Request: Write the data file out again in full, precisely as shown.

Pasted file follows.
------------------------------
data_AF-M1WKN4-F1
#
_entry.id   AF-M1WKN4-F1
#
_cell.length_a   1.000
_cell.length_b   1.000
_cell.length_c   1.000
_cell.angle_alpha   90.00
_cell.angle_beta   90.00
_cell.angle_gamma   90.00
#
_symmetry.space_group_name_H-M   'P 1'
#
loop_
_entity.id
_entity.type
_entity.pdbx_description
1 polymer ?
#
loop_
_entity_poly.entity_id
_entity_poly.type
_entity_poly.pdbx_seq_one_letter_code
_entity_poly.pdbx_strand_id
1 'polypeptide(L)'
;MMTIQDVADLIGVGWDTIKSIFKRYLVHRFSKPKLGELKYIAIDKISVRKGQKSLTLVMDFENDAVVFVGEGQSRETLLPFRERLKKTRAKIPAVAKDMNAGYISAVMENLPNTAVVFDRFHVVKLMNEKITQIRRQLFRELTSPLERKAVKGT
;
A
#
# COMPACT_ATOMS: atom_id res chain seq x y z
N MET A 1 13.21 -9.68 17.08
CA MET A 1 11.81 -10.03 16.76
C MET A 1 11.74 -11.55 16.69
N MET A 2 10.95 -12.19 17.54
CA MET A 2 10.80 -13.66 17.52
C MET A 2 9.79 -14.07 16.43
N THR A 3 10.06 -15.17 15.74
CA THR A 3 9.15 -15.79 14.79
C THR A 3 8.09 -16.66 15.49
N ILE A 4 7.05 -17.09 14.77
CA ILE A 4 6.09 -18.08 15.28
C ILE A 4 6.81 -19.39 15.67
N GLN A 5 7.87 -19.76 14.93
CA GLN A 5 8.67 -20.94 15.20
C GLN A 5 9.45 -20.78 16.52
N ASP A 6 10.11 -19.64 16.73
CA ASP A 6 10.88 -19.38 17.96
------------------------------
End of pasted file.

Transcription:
data_AF-M1WKN4-F1
#
_entry.id   AF-M1WKN4-F1
#
_cell.length_a   1.000
_cell.length_b   1.000
_cell.length_c   1.000
_cell.angle_alpha   90.00
_cell.angle_beta   90.00
_cell.angle_gamma   90.00
#
_symmetry.space_group_name_H-M   'P 1'
#
loop_
_entity.id
_entity.type
_entity.pdbx_description
1 polymer ?
#
loop_
_entity_poly.entity_id
_entity_poly.type
_entity_poly.pdbx_seq_one_letter_code
_entity_poly.pdbx_strand_id
1 'polypeptide(L)'
;MMTIQDVADLIGVGWDTIKSIFKRYLVHRFSKPKLGELKYIAIDKISVRKGQKSLTLVMDFENDAVVFVGEGQSRETLLPFRERLKKTRAKIPAVAKDMNAGYISAVMENLPNTAVVFDRFHVVKLMNEKITQIRRQLFRELTSPLERKAVKGT
;
A
#
# COMPACT_ATOMS: atom_id res chain seq x y z
N MET A 1 13.21 -9.68 17.08
CA MET A 1 11.81 -10.03 16.76
C MET A 1 11.74 -11.55 16.69
N MET A 2 10.95 -12.19 17.54
CA MET A 2 10.80 -13.66 17.52
C MET A 2 9.79 -14.07 16.43
N THR A 3 10.06 -15.17 15.74
CA THR A 3 9.15 -15.79 14.79
C THR A 3 8.09 -16.66 15.49
N ILE A 4 7.05 -17.09 14.77
CA ILE A 4 6.09 -18.08 15.28
C ILE A 4 6.81 -19.39 15.67
N GLN A 5 7.87 -19.76 14.93
CA GLN A 5 8.67 -20.94 15.20
C GLN A 5 9.45 -20.78 16.52
N ASP A 6 10.11 -19.64 16.73
CA ASP A 6 10.88 -19.38 17.96